The aim of this article is to reveal the real nature of a cryptographic primitive called a Cryptographic Hash Function. Since the topic itself is quite mathematical, rigorous proofs will be omitted intentionally for the sake of simplicity. Therefore, expect less complex, but comprehensive models.
In the mathematical sense, a function is a mapping from one set (domain) to another set (codomain), where a set is just a bunch of unique elements grouped together. An intuitive way to think about the word “mapping” is that for each element in the domain, there is (not always) a corresponding element in the codomain. The way we denote sets is by assigning a capital letter to each of them. From a bird’s eye view, a function is a rule that allows us to associate elements from one set (domain) to another (codomain). An element in the domain we call a preimage and the corresponding element in the codomain we call an image.
Keep in mind that a single element from the domain can map to only one distinct element in the codomain. If that property is not satisfied, what we have is not a real mathematical function. On the other hand, you can have multiple elements in the domain mapping to the same element in the codomain – that is perfectly fine and occurs regularly.
In some cases, as mentioned above, not every element from the domain has a corresponding element in the codomain. In that case, we can say that the function is not defined for a particular value from the domain. For example, the following function is defined for every integer x that is different from 0 since division by zero is an undefined operation in mathematics. In other words, for each element in set A (except 0) there is a corresponding element in the set B.
When working with such functions, we can use the notation which we read as the image of function . The image of function is the set of all elements that the function can map to. In other words, the image of function is a subset of the codomain:
One-way functions play an integral role in cryptography. A simple mathematical definition would be:
“A one-way function is a rule/mapping from set A to set B where for each , is “easy” to compute but for “all” elements , it is “computationally infeasible” to find any such that .”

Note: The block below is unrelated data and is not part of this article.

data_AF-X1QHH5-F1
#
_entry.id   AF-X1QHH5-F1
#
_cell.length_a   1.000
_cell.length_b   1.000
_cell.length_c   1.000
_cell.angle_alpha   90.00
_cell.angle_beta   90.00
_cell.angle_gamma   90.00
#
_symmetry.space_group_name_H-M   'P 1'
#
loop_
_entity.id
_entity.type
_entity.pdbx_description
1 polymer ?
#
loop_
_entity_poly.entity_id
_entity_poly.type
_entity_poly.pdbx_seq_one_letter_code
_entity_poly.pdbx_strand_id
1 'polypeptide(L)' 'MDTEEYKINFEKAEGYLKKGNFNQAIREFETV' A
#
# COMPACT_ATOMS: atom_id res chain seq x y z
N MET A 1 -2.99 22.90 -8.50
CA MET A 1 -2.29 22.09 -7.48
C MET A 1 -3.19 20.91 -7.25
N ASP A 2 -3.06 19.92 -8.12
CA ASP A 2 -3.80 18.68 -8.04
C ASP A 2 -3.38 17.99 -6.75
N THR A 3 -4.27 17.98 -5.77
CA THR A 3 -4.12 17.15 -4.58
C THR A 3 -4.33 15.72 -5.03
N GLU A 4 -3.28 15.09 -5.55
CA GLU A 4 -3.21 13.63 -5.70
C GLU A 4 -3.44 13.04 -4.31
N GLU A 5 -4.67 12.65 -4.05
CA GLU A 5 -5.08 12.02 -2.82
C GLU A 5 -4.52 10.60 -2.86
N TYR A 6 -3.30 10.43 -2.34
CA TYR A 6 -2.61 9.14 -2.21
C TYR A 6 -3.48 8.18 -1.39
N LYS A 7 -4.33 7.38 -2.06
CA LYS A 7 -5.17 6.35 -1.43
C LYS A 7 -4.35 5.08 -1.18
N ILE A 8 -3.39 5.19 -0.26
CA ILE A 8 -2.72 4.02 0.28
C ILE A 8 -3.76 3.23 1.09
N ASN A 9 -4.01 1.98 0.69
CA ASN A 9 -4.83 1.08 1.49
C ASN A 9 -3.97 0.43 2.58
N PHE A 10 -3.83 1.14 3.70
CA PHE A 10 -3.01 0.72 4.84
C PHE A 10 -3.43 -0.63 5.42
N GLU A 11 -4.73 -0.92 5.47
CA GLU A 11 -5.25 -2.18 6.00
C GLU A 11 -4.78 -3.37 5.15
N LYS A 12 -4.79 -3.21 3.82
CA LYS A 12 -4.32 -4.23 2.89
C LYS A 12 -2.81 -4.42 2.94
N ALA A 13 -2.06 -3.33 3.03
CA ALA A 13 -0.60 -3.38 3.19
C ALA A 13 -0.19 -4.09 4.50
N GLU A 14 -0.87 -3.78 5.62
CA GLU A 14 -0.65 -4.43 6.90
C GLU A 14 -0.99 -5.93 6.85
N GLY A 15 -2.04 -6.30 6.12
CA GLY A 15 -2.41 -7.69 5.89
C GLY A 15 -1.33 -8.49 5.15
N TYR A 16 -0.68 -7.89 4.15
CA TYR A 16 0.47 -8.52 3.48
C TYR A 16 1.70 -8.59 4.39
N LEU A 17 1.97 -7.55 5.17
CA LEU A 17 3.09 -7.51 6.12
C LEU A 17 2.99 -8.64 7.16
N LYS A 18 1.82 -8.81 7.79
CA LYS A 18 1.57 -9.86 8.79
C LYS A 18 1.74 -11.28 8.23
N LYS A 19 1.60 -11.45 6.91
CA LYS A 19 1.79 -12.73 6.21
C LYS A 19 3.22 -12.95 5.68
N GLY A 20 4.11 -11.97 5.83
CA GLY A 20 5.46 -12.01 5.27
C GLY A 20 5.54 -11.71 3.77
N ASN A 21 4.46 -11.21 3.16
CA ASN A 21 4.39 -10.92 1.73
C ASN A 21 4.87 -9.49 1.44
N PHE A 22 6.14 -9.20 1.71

The reason we place words such as “easy” in quotes is that we still don’t know what they mean in the mathematical sense. Proofs and assumptions are two completely different things. And by saying “computationally infeasible” we are rather assuming than prooving.
In this article, whenever we mention hash functions, we should always think about the cryptographic hash functions. Those functions that provide us an information security service (ISS for short) of some sort. In our case, cryptographic hash functions can relate to data integrity ISS or message authentication ISS.
The main hash function properties are inherent to both conventional hash functions that are used in a non-cryptographic manner and the cryptographic hash functions. These main properties are that each hash function should compress its input, in other words, we map an arbitrary size input to an output of a fixed size and they should not require a significant amount of computation.
More precisely, a hash function maps bitstrings of arbitrary finite length to strings of fixed length. If we have a larger set (domain A) of inputs of size t and a shorter set of outputs (codomain B) of size n, we can conclude that by definition, since t > n ( in other words we map a larger set onto a smaller set), we can conclude that collisions are unavoidable. Therefore, theoretically, we can always find two inputs that map to the same output.
The basic idea of cryptographic hash functions is that a hash-value serves as a compact representative image
Hash functions, generally, can be split into two main categories. Keyed hash functions (those that require an additional key to compute the hash of an element) and unkeyed hash functions (those that require only the element itself). From now on, we shall work only with unkeyed hash functions since the Blockchain Technology utilizes them heavily.
More specifically, we are going to talk about Modification Detection Codes (MDC). We can further split those into Collision-resistant Hash Functions (CRHF) and One-way Hash Functions (OWHF). There is a slight difference between the properties of the above-stated types. We define a hash function h with inputs x1 and x2 and corresponding outputs y1 and y2.
It is computationally infeasible to find any input which hashes to a particular output, in other words, to find any preimage x such that h(x) = y when given any y for which a corresponding input is not known.
2nd Preimage Resistance
It is computationally infeasible to find any second input which has the same output as any specified input. For example, given x1, to find a 2nd-preimage x2 = x1 such that h(x1) = h(x2).
It is computationally infeasible to find any two distinct inputs x1, x2 for which h(x1) = h(x2). (Note that here there is a free choice of both inputs.)
After defining the main properties besides compression of input and ease of computation, we shall specify which of these come in handy when talking about OWHF and CRHF.
A one-way hash function (OWHF) is a hash function with the additional properties of preimage resistance and 2nd-preimage resistance. That implies that one-time hash functions might be useful when you are certain that the adversary will have a particular input (preimage) and its corresponding output (image). To attack an OWHF, the adversary, given an image y, would need to find a preimage x such that y = h(x); or given one such pair (x1, h(x)), find a second preimage x2 such that h(x) = h(x).